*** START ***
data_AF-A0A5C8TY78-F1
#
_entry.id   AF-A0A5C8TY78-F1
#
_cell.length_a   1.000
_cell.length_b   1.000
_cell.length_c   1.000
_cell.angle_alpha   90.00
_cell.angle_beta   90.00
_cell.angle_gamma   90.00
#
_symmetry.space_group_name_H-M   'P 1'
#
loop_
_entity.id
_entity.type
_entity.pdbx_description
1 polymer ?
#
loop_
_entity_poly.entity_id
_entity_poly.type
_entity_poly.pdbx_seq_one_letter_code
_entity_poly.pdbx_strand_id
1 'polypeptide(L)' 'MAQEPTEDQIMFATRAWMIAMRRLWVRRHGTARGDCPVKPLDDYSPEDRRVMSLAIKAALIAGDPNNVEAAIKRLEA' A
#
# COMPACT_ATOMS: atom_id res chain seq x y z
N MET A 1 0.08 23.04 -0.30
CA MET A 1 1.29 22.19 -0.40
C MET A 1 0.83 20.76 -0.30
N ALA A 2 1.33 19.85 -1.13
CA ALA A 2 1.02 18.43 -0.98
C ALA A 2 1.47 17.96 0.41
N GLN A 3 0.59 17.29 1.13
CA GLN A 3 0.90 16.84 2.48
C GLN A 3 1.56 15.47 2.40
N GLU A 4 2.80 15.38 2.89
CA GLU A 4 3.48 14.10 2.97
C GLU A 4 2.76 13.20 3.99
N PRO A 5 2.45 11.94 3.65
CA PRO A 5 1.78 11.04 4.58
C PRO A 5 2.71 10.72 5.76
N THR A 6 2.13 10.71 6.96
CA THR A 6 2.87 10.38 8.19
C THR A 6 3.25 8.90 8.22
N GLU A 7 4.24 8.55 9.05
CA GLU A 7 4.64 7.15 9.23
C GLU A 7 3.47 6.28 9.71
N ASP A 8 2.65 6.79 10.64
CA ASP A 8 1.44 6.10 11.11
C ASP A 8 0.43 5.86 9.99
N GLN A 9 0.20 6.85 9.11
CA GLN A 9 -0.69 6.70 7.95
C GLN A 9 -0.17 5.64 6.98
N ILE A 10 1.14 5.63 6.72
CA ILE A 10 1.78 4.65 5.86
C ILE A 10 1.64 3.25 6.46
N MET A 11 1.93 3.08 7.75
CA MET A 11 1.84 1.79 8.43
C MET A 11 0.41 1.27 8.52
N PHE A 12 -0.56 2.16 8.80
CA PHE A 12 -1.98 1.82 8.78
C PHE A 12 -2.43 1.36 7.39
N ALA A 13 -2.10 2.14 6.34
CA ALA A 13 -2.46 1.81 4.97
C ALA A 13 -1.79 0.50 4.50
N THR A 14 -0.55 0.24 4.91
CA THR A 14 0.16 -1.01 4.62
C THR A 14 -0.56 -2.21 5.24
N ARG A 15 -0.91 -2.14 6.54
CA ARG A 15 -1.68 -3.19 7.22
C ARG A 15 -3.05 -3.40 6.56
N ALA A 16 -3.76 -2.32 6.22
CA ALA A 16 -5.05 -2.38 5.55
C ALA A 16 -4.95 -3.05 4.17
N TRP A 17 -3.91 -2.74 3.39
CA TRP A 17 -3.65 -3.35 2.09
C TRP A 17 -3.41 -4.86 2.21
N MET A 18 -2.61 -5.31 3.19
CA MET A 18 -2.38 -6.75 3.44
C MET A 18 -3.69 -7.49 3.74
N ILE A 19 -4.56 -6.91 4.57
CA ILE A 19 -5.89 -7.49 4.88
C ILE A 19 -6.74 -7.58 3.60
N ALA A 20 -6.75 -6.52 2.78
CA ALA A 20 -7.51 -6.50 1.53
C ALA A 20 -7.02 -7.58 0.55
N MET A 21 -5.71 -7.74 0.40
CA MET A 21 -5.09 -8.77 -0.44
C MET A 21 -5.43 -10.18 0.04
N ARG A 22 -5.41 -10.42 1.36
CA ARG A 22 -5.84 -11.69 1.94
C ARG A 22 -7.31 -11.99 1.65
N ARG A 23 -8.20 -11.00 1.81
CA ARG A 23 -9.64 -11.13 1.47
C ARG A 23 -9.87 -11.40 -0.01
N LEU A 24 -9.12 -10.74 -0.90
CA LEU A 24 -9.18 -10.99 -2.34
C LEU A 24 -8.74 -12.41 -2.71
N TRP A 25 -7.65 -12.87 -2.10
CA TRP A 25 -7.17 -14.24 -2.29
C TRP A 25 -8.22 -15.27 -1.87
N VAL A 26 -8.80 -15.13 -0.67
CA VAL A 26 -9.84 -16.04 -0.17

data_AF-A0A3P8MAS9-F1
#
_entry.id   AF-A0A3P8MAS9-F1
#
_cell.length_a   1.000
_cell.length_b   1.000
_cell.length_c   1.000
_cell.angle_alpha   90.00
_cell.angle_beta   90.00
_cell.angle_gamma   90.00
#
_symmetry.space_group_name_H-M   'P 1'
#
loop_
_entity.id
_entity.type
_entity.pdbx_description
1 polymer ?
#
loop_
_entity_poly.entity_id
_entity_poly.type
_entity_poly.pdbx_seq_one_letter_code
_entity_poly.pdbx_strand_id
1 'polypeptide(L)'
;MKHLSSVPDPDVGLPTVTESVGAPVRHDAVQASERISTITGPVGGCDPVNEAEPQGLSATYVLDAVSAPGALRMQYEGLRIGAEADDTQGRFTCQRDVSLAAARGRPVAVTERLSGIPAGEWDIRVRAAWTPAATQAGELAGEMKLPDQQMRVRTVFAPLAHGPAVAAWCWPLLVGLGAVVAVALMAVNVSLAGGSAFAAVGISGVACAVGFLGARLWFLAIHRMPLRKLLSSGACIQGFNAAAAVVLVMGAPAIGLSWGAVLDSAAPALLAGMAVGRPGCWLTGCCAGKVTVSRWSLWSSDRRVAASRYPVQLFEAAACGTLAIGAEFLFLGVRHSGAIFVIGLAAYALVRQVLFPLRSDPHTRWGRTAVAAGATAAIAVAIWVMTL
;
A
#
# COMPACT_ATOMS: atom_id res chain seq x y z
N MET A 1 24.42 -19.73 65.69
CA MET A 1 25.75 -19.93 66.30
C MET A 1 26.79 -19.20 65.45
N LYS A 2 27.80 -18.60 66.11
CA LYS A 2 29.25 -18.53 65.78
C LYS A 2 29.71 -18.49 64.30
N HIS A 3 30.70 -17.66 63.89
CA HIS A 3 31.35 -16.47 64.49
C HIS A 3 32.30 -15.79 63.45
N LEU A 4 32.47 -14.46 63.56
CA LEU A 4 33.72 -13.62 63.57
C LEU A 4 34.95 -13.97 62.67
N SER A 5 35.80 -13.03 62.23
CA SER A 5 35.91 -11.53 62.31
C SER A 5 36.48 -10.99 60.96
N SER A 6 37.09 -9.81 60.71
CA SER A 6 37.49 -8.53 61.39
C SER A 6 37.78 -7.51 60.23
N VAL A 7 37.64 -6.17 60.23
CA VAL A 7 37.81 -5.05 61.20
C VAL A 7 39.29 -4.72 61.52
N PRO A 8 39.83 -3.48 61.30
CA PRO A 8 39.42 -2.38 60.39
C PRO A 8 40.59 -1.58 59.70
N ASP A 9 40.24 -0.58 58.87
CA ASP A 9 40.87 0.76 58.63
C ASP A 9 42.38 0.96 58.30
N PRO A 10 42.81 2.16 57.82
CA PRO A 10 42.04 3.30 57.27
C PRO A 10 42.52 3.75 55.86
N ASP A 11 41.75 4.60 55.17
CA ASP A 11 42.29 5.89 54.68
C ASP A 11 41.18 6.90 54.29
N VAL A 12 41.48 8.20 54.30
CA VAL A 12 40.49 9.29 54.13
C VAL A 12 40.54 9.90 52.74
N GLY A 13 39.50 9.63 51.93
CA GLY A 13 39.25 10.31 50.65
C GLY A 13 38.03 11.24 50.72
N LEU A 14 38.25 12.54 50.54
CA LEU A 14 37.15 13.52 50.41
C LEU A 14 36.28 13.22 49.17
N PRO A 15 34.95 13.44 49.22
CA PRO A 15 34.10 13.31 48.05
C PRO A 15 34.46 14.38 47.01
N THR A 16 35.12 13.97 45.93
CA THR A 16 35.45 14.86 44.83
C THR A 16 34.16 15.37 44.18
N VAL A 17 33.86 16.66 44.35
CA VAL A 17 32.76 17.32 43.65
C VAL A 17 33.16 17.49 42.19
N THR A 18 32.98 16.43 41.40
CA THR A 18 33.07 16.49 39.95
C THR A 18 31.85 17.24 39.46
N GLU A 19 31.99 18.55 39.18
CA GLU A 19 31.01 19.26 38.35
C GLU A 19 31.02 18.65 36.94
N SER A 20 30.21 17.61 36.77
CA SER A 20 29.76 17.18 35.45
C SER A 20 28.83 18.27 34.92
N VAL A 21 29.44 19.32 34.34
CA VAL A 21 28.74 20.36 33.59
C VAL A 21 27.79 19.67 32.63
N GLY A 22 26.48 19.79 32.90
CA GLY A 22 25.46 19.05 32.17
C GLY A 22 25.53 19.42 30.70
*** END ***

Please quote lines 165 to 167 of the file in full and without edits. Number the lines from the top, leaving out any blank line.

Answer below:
N ASP A 11 41.75 4.60 55.17
CA ASP A 11 42.29 5.89 54.68
C ASP A 11 41.18 6.90 54.29